As has been well noted over the past week, the defeat of Mississippi’s ‘Personhood Amendment’ was due less to a fear that its passage would define life as beginning at fertilization, and more to the suggestion that the proposed change might criminalize numerous non-abortion related services.
For advocates of Family Planning, the campaign to oppose Amendment 26 was a time of great worry. However, they can at least take some comfort in the fact that contraception and In Vitro Fertilization (IVF) have now achieved such a level of acceptance in America that, even in the conservative South, a plan for their prohibition elicited intense public disapproval.
It is against this background in the United States that the European Court of Human Rights recently delivered its opinion in SH and Others v Austria, a decision which is strange not only for its consequences but also for some of the arguments entertained by the Court.
Under Austrian law, it is not possible to donate sperm or ova for IVF treatments. Donating female eggs is under all circumstances prohibited, while donating sperm is only permitted where the sperm is placed directly into the womb of a woman.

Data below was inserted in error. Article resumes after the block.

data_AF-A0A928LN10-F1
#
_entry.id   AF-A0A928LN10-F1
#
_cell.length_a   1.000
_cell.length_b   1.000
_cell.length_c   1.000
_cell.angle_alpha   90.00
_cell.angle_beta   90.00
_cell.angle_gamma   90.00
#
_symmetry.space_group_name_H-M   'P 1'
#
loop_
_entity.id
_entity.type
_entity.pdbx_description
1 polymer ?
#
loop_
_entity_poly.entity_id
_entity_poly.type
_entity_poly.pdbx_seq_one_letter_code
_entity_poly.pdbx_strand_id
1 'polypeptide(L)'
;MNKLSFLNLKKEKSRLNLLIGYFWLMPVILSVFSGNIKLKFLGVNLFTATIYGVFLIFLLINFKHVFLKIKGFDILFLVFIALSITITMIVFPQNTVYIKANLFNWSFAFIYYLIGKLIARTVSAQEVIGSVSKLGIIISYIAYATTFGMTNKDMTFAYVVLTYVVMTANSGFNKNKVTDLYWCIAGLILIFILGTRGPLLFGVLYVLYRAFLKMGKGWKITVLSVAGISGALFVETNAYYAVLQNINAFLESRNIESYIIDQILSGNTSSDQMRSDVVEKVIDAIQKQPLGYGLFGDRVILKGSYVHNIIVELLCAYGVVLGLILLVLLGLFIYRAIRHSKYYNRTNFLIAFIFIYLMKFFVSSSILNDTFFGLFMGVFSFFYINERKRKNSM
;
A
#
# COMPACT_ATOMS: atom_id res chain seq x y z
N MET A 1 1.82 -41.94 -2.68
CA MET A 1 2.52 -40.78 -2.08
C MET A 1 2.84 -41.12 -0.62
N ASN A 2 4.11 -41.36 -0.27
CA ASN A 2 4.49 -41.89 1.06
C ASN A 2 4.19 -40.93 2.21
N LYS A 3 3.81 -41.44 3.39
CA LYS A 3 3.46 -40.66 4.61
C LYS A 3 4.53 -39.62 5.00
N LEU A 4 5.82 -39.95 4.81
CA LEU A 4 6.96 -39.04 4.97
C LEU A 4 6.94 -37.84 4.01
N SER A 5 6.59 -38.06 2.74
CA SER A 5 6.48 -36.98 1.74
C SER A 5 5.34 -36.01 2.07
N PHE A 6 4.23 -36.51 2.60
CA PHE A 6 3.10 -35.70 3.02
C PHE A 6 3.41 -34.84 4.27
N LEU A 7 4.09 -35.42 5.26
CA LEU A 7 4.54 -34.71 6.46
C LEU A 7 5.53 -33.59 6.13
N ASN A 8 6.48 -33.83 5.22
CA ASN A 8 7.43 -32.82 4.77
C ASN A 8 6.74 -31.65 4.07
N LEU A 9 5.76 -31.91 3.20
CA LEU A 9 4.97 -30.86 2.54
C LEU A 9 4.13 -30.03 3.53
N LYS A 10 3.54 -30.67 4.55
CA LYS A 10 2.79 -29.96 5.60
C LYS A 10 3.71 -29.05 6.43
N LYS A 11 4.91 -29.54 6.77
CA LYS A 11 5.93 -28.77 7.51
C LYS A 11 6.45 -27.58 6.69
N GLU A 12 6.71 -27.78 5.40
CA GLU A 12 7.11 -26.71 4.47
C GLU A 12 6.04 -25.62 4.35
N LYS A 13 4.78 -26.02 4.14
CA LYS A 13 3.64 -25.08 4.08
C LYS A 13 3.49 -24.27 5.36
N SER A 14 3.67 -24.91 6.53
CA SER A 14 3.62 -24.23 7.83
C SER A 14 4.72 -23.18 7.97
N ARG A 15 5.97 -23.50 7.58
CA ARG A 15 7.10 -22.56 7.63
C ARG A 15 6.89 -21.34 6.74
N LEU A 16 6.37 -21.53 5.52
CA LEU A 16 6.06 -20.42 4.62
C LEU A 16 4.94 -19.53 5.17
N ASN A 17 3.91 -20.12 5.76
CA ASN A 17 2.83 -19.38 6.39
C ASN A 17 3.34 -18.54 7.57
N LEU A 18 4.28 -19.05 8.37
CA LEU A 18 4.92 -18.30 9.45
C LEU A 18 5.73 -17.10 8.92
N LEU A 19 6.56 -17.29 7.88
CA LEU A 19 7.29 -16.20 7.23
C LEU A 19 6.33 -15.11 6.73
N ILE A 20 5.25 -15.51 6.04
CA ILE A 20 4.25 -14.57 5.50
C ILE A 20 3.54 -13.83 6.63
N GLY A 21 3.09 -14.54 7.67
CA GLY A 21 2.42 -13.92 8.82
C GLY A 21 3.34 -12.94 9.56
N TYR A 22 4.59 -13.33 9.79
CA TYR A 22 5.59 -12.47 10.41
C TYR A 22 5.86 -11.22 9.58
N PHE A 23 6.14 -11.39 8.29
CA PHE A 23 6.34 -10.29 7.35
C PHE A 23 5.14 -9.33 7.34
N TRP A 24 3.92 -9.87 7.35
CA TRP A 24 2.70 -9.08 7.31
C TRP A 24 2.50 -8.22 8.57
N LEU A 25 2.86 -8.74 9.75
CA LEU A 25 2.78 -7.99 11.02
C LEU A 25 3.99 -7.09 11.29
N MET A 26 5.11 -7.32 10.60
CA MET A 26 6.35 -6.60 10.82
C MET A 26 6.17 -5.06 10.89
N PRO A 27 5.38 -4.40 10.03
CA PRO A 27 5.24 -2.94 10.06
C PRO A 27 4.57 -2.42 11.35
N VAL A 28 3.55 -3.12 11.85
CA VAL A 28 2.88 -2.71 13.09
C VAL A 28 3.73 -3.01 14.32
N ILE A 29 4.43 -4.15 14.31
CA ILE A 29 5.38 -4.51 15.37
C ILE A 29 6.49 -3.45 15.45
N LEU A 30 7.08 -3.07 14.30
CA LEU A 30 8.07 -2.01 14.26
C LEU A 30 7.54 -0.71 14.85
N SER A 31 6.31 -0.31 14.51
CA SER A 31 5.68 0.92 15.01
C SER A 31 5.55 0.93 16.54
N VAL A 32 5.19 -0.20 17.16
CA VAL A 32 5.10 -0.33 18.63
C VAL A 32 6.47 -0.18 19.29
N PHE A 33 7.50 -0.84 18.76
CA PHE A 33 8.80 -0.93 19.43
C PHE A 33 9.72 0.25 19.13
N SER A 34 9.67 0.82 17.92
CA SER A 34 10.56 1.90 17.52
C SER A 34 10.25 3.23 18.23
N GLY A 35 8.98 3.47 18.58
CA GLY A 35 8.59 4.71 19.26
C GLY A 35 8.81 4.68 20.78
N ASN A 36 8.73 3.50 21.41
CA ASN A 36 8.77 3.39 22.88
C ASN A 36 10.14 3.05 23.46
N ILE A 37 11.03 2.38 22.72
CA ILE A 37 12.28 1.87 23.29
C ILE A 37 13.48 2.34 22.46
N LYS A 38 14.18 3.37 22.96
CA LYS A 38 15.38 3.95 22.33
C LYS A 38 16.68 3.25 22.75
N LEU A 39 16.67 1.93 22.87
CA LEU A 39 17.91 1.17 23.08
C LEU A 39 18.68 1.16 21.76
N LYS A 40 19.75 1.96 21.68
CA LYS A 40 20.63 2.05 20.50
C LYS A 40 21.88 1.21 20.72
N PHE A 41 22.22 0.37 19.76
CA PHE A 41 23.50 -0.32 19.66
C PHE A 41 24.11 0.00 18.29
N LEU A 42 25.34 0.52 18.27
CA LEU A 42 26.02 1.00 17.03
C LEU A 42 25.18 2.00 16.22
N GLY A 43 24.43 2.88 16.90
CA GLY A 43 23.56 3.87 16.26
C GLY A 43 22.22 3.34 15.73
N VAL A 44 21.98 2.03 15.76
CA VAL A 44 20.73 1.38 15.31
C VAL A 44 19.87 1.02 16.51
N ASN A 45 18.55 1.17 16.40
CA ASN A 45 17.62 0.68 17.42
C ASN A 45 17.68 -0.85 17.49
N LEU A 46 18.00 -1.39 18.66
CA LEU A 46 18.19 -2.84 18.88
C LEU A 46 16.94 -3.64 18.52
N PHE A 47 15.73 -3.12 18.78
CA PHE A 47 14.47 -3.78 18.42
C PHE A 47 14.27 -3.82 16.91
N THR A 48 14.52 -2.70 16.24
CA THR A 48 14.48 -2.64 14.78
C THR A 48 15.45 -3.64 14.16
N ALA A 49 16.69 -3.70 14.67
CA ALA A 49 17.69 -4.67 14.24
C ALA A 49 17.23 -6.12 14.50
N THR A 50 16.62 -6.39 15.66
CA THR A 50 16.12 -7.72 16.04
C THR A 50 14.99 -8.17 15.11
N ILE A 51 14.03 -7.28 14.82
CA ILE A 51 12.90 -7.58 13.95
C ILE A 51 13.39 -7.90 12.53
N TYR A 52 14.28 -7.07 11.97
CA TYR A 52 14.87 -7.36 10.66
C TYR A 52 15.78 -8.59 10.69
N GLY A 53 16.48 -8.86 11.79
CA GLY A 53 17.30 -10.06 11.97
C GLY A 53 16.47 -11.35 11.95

Among its arguments for maintaining the ban, the Austrian government posited, and indeed the European Court seems to implicitly accept, that there may be significant harm done to the fabric of society where mothers give birth to children with whom they have no genetic connection
Over the past twenty-four months, there has been considerable discussion in the United States about the ethics of donating eggs for profit. While many American States (and the majority of European nations) allow this practice, there are considerations, such as the exploitation and commodification of women, which should give us real cause for concern.
But the fear that children will not be raised by their genetic parents surely should not, in the 21st century, be considered a valid argument against certain IVF treatments. Leaving aside the fact that this reasoning would also question the ethics of adoption, it promotes an extremely narrow and traditionalist view of the family and what constitutes appropriate reproductive activity. Since the 1970s, we have achieved a great deal in terms of both the science surrounding and the way we understand people’s reproductive choices. It was exactly these advances that the people of Mississippi voted to protect last week, rejecting archaic and outdated notions about family planning. If more than 55% of voters in that state get it, why did the supposedly progressive justices of Europe’s leading human rights court not get that their conception of family planning was outdated?